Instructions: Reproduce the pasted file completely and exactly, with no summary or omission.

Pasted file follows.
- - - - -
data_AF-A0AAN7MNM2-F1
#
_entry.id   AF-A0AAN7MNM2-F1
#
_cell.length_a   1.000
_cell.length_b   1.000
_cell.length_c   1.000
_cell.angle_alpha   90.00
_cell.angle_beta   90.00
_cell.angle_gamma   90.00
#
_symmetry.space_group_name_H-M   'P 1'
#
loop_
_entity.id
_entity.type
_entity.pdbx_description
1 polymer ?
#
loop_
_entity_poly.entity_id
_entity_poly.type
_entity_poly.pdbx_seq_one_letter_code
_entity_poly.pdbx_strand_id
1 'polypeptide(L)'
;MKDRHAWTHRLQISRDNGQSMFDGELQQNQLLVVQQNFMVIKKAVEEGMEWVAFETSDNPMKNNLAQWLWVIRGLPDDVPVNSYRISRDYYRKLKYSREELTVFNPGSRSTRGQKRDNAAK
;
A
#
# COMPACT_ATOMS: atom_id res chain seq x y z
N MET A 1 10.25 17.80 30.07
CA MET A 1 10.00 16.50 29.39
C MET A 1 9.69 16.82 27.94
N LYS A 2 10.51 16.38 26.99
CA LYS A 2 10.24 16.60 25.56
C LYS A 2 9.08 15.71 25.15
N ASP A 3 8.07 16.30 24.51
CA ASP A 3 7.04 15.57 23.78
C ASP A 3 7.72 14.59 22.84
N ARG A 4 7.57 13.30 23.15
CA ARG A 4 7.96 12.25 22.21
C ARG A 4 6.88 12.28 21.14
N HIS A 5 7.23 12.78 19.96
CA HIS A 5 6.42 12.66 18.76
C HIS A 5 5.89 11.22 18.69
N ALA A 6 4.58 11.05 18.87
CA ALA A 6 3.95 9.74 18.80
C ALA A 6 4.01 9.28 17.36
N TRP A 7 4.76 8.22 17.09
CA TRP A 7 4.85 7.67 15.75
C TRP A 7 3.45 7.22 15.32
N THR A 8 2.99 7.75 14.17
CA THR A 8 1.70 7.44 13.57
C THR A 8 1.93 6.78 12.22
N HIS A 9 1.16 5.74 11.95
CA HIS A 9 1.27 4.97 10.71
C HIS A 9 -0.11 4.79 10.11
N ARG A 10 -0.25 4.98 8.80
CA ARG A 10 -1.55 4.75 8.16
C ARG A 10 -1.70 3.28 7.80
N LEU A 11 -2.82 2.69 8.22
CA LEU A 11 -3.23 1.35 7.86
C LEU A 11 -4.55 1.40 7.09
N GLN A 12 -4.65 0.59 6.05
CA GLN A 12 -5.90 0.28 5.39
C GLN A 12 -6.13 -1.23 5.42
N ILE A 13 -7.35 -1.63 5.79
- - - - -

data_AF-A0AAN7MNM2-F1
#
_entry.id   AF-A0AAN7MNM2-F1
#
_cell.length_a   1.000
_cell.length_b   1.000
_cell.length_c   1.000
_cell.angle_alpha   90.00
_cell.angle_beta   90.00
_cell.angle_gamma   90.00
#
_symmetry.space_group_name_H-M   'P 1'
#
loop_
_entity.id
_entity.type
_entity.pdbx_description
1 polymer ?
#
loop_
_entity_poly.entity_id
_entity_poly.type
_entity_poly.pdbx_seq_one_letter_code
_entity_poly.pdbx_strand_id
1 'polypeptide(L)'
;MKDRHAWTHRLQISRDNGQSMFDGELQQNQLLVVQQNFMVIKKAVEEGMEWVAFETSDNPMKNNLAQWLWVIRGLPDDVPVNSYRISRDYYRKLKYSREELTVFNPGSRSTRGQKRDNAAK
;
A
#
# COMPACT_ATOMS: atom_id res chain seq x y z
N MET A 1 10.25 17.80 30.07
CA MET A 1 10.00 16.50 29.39
C MET A 1 9.69 16.82 27.94
N LYS A 2 10.51 16.38 26.99
CA LYS A 2 10.24 16.60 25.56
C LYS A 2 9.08 15.71 25.15
N ASP A 3 8.07 16.30 24.51
CA ASP A 3 7.04 15.57 23.78
C ASP A 3 7.72 14.59 22.84
N ARG A 4 7.57 13.30 23.15
CA ARG A 4 7.96 12.25 22.21
C ARG A 4 6.88 12.28 21.14
N HIS A 5 7.23 12.78 19.96
CA HIS A 5 6.42 12.66 18.76
C HIS A 5 5.89 11.22 18.69
N ALA A 6 4.58 11.05 18.87
CA ALA A 6 3.95 9.74 18.80
C ALA A 6 4.01 9.28 17.36
N TRP A 7 4.76 8.22 17.09
CA TRP A 7 4.85 7.67 15.75
C TRP A 7 3.45 7.22 15.32
N THR A 8 2.99 7.75 14.17
CA THR A 8 1.70 7.44 13.57
C THR A 8 1.93 6.78 12.22
N HIS A 9 1.16 5.74 11.95
CA HIS A 9 1.27 4.97 10.71
C HIS A 9 -0.11 4.79 10.11
N ARG A 10 -0.25 4.98 8.80
CA ARG A 10 -1.55 4.75 8.16
C ARG A 10 -1.70 3.28 7.80
N LEU A 11 -2.82 2.69 8.22
CA LEU A 11 -3.23 1.35 7.86
C LEU A 11 -4.55 1.40 7.09
N GLN A 12 -4.65 0.59 6.05
CA GLN A 12 -5.90 0.28 5.39
C GLN A 12 -6.13 -1.23 5.42
N ILE A 13 -7.35 -1.63 5.79